Haileybury is Australia’s largest independent school, boasting over 4,700 students and 850 staff, with six campuses across Melbourne, Darwin and China. The campuses work like the separate limbs of a single body and connectivity is the lifeblood of the Haileybury model. A couple of years ago, when the School was looking for a connectivity solution to support its ambitious digital strategy, the ICT team turned to AARNet for advice. A scalable high-speed 10G AARNet internet connection and AARNet Zoom services were subsequently deployed. The high performance and reliability of this solution has empowered teachers to use new technologies and helped to revolutionise teaching and learning.
Embracing digital platforms
Deputy Principal Anna Sever says, investing in infrastructure, technologies, and developing digital teaching and learning capabilities, were fundamental for delivering the school’s long-term vision for digitally-driven education.
“When we implemented Zoom and the Canvas learning management system, teachers quickly adapted to these technologies and we saw a huge uplift in skills across the entire school in a very short time,” she said.
When COVID-19 spread in early 2020 and lockdown sent teachers and students home, it was the mastery of these digital technologies and skills that enabled Haileybury to quickly transition to an online learning environment. The School was able to keep students on track with little change to their learning habits.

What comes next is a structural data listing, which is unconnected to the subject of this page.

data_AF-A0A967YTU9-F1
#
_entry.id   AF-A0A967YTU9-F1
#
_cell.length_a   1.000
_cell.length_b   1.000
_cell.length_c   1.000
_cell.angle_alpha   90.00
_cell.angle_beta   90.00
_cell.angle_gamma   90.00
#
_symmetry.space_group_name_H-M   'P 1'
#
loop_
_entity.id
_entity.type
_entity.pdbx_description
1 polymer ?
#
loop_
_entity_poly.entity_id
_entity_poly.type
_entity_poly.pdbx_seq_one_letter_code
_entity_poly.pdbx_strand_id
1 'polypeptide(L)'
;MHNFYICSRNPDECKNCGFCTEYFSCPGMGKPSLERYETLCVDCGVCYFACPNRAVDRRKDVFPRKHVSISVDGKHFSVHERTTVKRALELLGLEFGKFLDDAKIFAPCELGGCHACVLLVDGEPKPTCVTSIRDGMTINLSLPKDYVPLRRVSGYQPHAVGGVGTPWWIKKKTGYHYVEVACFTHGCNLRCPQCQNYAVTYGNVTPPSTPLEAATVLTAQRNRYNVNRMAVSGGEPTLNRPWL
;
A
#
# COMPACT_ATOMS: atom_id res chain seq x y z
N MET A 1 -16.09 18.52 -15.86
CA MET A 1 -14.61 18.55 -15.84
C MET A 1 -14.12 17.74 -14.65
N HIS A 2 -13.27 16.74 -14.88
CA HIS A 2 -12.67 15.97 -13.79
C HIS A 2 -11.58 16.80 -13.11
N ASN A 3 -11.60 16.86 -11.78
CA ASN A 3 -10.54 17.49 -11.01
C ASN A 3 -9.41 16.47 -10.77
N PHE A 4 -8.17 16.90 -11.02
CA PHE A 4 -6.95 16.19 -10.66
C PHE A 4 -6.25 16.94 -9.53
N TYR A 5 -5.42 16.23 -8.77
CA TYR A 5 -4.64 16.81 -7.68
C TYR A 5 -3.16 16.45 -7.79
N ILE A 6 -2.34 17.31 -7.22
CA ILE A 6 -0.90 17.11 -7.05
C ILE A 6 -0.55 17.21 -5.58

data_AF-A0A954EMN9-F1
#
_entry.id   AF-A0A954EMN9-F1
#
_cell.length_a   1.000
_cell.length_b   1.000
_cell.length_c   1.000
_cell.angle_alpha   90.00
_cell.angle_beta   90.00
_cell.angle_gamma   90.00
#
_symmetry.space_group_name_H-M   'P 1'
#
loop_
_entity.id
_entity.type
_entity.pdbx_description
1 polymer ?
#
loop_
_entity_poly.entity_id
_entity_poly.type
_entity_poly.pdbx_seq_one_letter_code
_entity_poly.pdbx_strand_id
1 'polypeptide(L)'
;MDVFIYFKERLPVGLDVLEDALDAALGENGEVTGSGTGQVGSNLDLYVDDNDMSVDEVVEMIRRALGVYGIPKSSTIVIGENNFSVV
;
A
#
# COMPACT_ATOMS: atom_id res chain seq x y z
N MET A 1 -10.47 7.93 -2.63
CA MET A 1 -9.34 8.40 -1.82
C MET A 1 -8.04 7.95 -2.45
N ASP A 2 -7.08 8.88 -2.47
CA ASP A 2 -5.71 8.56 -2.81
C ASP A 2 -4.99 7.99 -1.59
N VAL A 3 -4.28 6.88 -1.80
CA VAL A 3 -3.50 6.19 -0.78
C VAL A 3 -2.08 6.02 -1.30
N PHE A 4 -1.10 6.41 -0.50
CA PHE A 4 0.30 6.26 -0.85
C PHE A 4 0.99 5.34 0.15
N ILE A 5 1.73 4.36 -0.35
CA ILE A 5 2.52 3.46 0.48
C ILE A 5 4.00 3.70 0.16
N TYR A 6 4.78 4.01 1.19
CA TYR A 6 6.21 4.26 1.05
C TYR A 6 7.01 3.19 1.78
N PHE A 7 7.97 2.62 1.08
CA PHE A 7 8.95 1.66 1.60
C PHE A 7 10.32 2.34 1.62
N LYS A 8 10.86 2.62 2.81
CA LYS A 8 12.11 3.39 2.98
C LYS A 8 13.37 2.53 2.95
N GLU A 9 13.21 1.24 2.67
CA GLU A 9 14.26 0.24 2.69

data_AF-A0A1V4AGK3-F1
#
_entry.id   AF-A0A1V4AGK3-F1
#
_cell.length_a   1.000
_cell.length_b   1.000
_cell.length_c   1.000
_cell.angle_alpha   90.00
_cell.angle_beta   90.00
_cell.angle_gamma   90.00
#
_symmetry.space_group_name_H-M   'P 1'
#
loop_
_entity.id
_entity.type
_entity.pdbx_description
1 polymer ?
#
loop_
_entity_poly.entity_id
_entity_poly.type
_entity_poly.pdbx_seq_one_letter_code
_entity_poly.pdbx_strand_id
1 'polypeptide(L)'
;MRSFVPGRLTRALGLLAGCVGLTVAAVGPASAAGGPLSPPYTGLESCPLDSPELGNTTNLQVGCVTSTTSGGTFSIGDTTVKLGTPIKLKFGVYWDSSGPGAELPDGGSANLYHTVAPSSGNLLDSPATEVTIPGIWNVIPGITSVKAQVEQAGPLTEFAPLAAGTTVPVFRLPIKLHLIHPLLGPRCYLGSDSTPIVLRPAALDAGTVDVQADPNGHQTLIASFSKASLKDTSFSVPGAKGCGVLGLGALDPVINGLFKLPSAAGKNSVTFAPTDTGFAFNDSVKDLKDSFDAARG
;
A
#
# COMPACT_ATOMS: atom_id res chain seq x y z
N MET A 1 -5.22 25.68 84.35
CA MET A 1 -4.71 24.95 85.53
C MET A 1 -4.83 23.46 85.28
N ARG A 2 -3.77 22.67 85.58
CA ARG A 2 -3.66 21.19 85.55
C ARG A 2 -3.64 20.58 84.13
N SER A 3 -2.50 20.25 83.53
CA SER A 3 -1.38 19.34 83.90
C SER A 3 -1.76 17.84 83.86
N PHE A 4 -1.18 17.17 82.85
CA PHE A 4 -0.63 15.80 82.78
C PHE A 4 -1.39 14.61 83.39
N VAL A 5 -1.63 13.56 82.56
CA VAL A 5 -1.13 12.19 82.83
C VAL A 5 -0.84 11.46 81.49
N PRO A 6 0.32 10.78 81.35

“We were very fortunate to have had our teachers already trained up in digital technologies, which helped us to move the entire curriculum online and switch to remote learning a lot quicker than other schools,” said Sever. “We didn’t take a day off. We just went from being at school one day, to being online the next day.”
Ready to scale
Haileybury uses AARNet Zoom services to hold virtual classrooms. Zoom conferences allow for up to three hundred participants in video and text chat. Multiple live streams run flawlessly over AARNet’s high-speed connection and can be recorded for student revision.